There was nothing more satisfying than biting into the crispy deep-fried dough and its warm homely filling, with cheese melting on your tongue, followed by the fiery kick of a healthy dose of harissa. All for just 1.3 TND ($0.45). I had to go for a second helping!
Kairouan apparently had always been a travellers’ hub – either for trade or pilgrimage. So the town is used to people from faraway lands. It was here that Islam gained a foothold into North Africa and it has maintained its significance as a seat of Islamic scholarship to this day.
In Kairouan’s Medina, apart from the main thoroughfare, you’re free of traders trying to sell you things. Instead you’ll see carpet makers toiling away, together with tailors, cobblers and other tradespeople. As life winds down in the afternoon, the Medina becomes even more charming with the golden hue of the sun and long shadows bouncing off the ornate doors and the blue window shutters. And the buzz and hustle of the morning is replaced by a sweeping calm and sense of quiet.
This date-filled semolina cake drenched in honey is a Tunisian delight; a calorific explosion that Kairouan is known for. Best place to try it out? The Segni Patisserie in the Medina.
Mosque of the Three Doors
One place that was especially magical at dusk in Kairouan was the Mosque of the Three Doors. Founded by a holy man from Córdoba, Spain in AD866, its facade has strong Andalusian influences. On top of the three arched doorway were ornate friezes of Kufic script (the oldest calligraphic form of Arabic script) interspersed with floral reliefs that looked like they were dipped in gold at sunset. This brought back a memory of my 7th grade English teacher, Mrs Sheriff, who insisted that beautiful flowing hand script was instrumental in life. It was at this point that my love and appreciation for beautiful script and calligraphy began. And Arabic calligraphy can really be something.
Bir Barouta: the legend of golden goblets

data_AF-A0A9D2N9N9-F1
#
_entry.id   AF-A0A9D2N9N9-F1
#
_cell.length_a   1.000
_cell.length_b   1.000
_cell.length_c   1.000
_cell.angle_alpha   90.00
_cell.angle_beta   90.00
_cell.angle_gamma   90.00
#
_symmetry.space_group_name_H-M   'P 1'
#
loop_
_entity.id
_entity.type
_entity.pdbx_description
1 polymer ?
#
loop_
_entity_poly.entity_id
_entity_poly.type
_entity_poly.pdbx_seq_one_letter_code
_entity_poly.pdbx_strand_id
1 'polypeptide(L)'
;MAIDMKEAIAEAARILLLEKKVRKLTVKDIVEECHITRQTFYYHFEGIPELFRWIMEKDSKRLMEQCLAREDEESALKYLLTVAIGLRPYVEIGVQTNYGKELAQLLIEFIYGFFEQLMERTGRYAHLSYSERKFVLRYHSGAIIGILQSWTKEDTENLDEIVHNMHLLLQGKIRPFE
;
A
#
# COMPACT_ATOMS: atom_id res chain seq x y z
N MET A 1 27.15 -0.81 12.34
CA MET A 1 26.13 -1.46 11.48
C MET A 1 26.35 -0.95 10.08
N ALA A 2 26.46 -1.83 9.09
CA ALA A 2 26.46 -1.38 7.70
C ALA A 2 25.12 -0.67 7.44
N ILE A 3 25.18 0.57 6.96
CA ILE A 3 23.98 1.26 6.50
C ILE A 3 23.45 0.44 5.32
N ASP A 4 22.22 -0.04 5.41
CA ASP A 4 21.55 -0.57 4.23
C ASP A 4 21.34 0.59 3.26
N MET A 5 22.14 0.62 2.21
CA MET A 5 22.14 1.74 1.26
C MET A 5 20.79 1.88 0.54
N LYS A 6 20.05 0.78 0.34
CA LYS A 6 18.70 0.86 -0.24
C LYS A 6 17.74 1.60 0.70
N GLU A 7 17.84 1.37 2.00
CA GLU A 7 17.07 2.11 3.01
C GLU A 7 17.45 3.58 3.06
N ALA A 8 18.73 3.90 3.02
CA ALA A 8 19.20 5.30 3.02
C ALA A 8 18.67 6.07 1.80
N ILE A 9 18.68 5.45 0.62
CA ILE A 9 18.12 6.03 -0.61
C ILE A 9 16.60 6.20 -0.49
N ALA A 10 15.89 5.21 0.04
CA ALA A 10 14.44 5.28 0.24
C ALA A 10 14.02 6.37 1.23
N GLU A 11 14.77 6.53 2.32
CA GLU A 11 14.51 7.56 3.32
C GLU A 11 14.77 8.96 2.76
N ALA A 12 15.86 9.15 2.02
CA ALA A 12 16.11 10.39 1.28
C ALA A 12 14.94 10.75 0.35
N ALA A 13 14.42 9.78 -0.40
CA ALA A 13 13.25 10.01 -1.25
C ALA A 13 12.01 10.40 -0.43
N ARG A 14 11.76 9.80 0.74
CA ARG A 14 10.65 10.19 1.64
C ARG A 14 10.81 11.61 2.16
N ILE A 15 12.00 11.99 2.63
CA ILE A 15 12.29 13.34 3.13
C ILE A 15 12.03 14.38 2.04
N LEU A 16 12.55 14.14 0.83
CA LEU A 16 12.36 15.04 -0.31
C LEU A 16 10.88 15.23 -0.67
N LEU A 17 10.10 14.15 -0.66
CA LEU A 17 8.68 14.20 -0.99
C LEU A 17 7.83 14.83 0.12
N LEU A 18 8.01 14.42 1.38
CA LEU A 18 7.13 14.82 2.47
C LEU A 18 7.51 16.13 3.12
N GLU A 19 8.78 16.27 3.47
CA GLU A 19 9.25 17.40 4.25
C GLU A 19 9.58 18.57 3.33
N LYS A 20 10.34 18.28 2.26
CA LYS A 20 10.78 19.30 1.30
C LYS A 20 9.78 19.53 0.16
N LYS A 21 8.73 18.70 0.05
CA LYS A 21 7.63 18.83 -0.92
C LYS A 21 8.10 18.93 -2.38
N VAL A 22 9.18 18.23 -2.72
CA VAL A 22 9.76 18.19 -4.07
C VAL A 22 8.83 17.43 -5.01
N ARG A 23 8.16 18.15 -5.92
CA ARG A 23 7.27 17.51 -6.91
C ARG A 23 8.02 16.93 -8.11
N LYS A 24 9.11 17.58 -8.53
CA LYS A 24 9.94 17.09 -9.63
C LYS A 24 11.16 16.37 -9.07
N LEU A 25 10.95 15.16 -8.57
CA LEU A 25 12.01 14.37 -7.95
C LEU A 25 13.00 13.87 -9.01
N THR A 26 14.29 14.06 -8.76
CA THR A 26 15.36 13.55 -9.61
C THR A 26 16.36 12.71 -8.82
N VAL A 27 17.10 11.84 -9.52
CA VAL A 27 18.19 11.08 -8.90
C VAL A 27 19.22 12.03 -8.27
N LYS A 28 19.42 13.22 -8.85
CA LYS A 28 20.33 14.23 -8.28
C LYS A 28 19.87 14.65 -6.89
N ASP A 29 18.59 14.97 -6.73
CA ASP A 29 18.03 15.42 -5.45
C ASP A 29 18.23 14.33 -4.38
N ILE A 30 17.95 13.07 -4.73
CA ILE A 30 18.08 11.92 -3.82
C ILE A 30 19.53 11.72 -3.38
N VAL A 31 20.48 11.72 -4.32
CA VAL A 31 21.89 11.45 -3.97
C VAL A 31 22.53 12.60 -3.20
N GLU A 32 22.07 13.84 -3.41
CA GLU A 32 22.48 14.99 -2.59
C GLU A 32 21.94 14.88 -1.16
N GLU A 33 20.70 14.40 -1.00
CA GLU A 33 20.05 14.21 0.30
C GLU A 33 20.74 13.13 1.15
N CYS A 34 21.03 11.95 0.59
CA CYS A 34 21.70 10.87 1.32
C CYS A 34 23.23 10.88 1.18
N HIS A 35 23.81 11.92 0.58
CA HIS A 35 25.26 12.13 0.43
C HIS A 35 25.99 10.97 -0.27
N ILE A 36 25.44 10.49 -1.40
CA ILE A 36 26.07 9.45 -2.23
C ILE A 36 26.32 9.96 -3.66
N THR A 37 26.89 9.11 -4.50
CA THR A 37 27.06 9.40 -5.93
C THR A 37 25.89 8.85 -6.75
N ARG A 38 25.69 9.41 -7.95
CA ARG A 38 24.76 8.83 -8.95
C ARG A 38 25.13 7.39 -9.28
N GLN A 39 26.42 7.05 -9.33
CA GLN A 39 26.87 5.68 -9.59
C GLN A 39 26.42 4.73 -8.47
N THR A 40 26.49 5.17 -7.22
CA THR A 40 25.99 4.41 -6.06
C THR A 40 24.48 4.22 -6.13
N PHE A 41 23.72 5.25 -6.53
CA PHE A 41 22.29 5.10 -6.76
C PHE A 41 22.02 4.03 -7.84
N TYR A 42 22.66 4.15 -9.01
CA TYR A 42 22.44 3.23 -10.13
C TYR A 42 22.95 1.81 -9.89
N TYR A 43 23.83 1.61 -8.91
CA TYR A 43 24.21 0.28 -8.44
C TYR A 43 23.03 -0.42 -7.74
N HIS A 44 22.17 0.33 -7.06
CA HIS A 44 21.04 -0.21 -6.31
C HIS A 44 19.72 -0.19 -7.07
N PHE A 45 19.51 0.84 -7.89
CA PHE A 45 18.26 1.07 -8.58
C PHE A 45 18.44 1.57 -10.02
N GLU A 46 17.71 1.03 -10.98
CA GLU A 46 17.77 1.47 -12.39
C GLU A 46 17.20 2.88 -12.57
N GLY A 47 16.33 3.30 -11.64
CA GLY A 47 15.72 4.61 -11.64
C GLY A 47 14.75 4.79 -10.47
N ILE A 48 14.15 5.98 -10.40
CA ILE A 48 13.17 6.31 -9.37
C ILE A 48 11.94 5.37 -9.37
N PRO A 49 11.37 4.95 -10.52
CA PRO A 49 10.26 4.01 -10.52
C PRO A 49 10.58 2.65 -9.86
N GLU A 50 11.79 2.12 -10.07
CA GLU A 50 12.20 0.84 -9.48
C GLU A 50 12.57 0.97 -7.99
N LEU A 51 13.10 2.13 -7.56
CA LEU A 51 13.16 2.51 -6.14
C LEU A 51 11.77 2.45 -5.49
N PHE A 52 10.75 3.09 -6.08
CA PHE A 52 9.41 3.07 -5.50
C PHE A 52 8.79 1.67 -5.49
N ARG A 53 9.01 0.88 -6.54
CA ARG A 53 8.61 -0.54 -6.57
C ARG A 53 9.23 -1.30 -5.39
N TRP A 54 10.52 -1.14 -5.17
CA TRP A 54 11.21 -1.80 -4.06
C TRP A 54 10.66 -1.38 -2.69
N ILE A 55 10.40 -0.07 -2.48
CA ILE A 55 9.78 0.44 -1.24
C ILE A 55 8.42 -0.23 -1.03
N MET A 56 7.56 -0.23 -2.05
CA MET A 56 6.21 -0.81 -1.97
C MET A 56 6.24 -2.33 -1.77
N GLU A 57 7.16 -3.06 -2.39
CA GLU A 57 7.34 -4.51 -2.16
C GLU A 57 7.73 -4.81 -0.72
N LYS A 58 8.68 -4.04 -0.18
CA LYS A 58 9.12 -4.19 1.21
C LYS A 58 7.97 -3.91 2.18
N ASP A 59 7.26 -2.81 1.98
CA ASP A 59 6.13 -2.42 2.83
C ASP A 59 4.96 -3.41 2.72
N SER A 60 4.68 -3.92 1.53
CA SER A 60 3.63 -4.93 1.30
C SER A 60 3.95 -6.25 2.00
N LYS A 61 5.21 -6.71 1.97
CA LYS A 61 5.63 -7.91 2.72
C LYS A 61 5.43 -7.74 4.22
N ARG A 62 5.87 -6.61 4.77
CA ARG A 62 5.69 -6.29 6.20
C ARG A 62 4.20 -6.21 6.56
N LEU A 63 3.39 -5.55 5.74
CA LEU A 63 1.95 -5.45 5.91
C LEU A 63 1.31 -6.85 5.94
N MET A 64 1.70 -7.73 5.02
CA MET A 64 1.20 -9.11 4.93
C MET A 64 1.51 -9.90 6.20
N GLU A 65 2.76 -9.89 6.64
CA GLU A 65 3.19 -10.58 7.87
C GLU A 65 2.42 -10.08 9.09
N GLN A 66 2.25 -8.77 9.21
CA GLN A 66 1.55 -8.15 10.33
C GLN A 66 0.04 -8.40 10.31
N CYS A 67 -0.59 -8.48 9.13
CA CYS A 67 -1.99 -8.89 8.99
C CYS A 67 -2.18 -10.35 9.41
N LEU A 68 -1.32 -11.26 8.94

Legend has it that an Arab General Okba’s horse found a golden goblet buried in the sand in AD 670 and it was here that the site for Kairouan was chosen. This goblet apparently turned out to be one that has mysteriously disappeared from Mecca a few years ago. When the golden goblet was picked up, water gushed out of the ground, so people gathered that the water came from the same source that supplies the holy well of Zem-Zem in Mecca. This well still survives in the heart of Kairouan’s Medina at Bir Barouta, where a sleepy camel turns the wheel to draw water for people to taste. From my interaction with the camel (where I was most enthusiastic and it looked at me blankly), I gathered it wasn’t in the least interested in seeing me or any other visitors ;).
The Great Mosque in Kairouan is the oldest in North Africa and one of the largest. I thought I’d spend an hour thinking and reflecting here. About how grateful I was to have the opportunity to travel for a few months, and how just maybe, I could find a way to potentially do this full time one day. At the very same moment a man – who might have been the muezzin (person in charge of reciting the call to prayer) – came up to me. I initially thought he was going to ask me what I was doing here and ask me to leave. But instead he just told me to follow and in broken French welcomed me, explained the story of the mosque and the significance behind a lot of the engravings and structures. I didn’t understand much of it, but felt great comfort in the warm energy he exuded.
Later as I was reading that evening, I came across a quote which was most apt: “Have faith in your journey. Everything had to happen exactly as it did to get you to where you are going next.”
I’m a firm believer that everything in life happens for a reason, even if we may not understand what that is in the moment. No experience ever goes in vain nor is it time wasted. It just makes you stronger. And teaches you more about yourself. So as hard and bleak as things may seem along the journey at times, I try and remember that this too shall pass. And in the meanwhile, find whatever helps give you strength to get through that – whether that’s an oasis of tranquility like this beautiful mosque, friends that help you laugh like you haven’t before, family that’s always there for you or a good opportunity to sweat it out.